As the ongoing coronavirus pandemic keeps businesses closed and social distancing measures in place, Americans are turning to the hobbies they love to help deal with the self-isolation. Dr. Lisa Damour, a psychologist, said hobbies can be a "positive form of coping" that can help bolster self-esteem and help pass the time.
"There's a lot of benefits to hobbies, especially in," Damour said. "It's meaningful work, and meaningful work is something that we know helps people through high stress."
Cheryl Traylor is using her time at home to embrace her passion for art.
Traylor, 62, worked as a sales adviser for H&M for five years before she was furloughed. After getting the news, she immediately started preparing to make the best of the abrupt change to her daily life in New York City.
"Everything has stopped. Now is the time to go back to what is important to you," she told CBS News. "For me, that's my art."
Before becoming a mom in the 1980s, Traylor got her associate degree at Parsons School of Design, and worked as a fashion illustrator for JCPenny.
Since being furloughed, Traylor has started sketching again, and said she has been inspired by stories of how others are coping with the coronavirus crisis.
"A lot of people are going to discover a lot of things about themselves, and a lot of things about, you know, what they missed from the hustle and bustle of just being in the mix," Traylor said.
She credited the strong support of her church community and her family, who she communicates with over video chat, as another inspiration.
Traylor said that one project of importance for her is a gift for her niece, who is due to give birth in June, years after having a stillborn birth on Mother's Day. Preliminary sketches, shared with CBS News, show a 12-year-old girl holding her baby sister.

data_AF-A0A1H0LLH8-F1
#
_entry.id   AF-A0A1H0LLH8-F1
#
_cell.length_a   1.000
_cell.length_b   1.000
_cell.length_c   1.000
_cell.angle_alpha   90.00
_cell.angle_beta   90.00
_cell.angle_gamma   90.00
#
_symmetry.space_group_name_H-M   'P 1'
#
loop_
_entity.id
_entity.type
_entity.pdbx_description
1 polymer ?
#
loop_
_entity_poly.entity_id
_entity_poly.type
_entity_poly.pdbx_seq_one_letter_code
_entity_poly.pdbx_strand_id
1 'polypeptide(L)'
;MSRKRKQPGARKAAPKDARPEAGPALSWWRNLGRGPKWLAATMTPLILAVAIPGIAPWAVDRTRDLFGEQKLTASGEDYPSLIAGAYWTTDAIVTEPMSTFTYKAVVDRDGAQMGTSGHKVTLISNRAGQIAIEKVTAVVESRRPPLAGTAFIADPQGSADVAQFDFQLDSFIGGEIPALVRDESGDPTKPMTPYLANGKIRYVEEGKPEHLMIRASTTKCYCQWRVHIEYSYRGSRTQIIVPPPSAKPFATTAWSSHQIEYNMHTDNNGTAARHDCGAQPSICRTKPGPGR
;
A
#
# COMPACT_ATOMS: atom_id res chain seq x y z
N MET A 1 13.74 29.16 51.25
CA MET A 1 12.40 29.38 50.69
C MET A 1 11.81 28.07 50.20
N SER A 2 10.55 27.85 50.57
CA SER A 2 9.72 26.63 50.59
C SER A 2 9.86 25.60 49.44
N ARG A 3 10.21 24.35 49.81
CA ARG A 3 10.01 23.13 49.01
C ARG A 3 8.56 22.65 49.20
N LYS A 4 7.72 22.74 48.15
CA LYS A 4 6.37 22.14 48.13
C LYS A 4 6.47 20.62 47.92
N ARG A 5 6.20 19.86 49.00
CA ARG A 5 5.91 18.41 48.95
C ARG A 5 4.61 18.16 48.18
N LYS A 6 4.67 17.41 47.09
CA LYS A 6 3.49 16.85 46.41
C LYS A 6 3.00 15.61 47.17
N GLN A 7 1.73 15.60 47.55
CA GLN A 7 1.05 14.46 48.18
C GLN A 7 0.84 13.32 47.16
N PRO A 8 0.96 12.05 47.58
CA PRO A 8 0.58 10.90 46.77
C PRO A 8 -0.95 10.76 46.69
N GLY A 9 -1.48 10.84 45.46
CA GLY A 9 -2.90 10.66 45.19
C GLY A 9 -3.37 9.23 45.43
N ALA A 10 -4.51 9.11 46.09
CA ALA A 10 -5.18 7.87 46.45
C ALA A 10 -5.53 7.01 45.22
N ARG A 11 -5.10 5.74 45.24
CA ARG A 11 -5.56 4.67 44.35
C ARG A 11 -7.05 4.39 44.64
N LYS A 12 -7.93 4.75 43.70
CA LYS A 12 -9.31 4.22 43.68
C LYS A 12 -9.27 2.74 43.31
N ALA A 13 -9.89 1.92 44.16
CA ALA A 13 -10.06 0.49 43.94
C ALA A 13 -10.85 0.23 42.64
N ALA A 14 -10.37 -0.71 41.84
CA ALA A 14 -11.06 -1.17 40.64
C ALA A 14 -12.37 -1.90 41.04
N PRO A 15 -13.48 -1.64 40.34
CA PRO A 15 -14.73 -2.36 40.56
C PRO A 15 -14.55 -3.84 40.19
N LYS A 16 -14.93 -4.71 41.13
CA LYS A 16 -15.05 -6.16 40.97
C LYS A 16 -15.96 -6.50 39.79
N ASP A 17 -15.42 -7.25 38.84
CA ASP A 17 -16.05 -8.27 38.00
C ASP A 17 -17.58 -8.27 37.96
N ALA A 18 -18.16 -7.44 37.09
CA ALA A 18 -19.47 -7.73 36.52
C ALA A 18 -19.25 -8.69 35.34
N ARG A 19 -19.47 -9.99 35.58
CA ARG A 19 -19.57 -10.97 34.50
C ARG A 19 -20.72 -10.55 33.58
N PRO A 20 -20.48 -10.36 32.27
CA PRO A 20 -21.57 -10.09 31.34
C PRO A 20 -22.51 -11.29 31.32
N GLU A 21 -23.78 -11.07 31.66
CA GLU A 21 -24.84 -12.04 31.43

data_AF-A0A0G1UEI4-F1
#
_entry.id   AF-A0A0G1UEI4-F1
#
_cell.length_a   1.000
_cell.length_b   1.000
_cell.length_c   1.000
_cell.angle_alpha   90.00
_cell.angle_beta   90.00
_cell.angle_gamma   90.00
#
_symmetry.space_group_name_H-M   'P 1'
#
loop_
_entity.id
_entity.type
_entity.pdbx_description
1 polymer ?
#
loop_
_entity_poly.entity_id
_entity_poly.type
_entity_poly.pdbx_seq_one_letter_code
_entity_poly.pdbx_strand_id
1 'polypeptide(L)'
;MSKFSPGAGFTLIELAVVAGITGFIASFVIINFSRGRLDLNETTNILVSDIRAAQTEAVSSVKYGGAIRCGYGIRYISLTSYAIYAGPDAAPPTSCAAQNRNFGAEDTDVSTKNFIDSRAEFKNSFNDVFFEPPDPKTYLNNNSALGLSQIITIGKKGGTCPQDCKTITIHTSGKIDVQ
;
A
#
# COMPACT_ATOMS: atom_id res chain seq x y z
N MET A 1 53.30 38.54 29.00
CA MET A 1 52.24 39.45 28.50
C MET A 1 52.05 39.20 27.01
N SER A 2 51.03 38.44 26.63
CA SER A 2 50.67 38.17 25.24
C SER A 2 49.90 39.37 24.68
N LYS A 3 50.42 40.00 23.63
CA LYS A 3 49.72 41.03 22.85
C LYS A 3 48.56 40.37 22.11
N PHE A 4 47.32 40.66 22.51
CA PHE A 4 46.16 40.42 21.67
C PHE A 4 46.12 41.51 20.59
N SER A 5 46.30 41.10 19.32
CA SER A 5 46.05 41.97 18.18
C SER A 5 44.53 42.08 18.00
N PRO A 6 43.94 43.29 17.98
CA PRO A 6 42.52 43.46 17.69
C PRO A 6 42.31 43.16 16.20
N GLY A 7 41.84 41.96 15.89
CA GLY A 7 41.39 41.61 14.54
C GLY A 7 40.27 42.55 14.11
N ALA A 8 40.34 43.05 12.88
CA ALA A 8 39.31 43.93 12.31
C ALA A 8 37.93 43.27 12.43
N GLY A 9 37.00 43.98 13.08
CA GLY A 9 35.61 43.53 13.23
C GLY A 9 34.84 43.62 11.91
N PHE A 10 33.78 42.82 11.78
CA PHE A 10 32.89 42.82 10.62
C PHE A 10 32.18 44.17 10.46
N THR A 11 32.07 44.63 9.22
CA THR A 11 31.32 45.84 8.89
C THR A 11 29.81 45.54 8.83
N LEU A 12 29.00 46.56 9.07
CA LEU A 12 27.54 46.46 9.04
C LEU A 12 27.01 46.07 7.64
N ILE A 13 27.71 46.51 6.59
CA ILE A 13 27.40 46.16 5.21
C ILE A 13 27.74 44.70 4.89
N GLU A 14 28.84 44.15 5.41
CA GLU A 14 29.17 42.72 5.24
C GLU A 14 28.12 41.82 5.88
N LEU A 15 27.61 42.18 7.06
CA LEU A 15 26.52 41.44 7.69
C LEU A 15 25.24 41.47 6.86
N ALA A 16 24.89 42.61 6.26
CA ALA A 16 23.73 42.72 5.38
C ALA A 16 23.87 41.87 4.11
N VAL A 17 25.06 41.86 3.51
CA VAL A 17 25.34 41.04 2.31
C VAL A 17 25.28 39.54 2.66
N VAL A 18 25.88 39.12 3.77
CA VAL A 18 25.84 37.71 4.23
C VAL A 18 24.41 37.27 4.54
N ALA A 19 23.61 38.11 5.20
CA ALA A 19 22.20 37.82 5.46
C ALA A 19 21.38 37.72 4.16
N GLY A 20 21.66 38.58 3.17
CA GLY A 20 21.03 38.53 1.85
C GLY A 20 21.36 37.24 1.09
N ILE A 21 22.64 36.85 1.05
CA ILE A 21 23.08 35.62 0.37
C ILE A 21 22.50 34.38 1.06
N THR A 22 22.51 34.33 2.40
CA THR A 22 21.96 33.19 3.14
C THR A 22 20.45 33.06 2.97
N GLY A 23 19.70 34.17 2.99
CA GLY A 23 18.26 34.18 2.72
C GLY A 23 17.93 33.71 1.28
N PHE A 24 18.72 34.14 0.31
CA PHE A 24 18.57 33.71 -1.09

"When I told my niece's mother, my sister, what I was doing, she cried," she said.
As for people in her position who might be thinking about picking up a paint brush or pencil, Traylor said "that when it hits you, do it. Especially with all this time you've got, do it."
"I want to encourage people with my art," she said. "I'm not looking at it right now in terms of commerce, but I'm looking at the art right now in terms of being a ministry that just reaches out and makes people feel good."
Further down the East Coast, Pennsylvania resident David Wilson's refuge from the pandemic-forced new normal is his garden.
Wilson, who works at Overdevest Nurseries in Bridgeton, New Jersey, is encouraging other Americans to turn to nature for solace as well, calling gardening "a tremendous relaxation."
"It's great therapy — you don't need to be near anyone else, you're out in an outdoor space, fresh air, you're with nature, birds are chirping," he said. "It's just wonderful to see nature, it's reassuring really to see nature happening."
Wilson highlighted the "pride" that comes from growing and nurturing something, and said growing a plant can help with getting through tough times.
And for those who can't plant a garden in their home, Wilson suggests planting a window box or getting an easy-to-grow indoor plant like a succulent. For those who can't do either, Wilson made virtual walkthroughs of the private garden he and his wife have planted.
"It's getting close to nature, and yeah, you might be in the middle of the city but there's a lot of stuff like that you can do," he said.
"Grow some plants there and cheer yourself up — it's good to have something you can nurture."
Although both gardening and art can be a source of joy to many, Dr. Damour stressed that hobbies are "highly personal," and what might work for one person may not necessarily help another.
"And if hobbies aren't their cup of tea, so long as they're finding some healthy way toof COVID-19 ... that's good too," she said.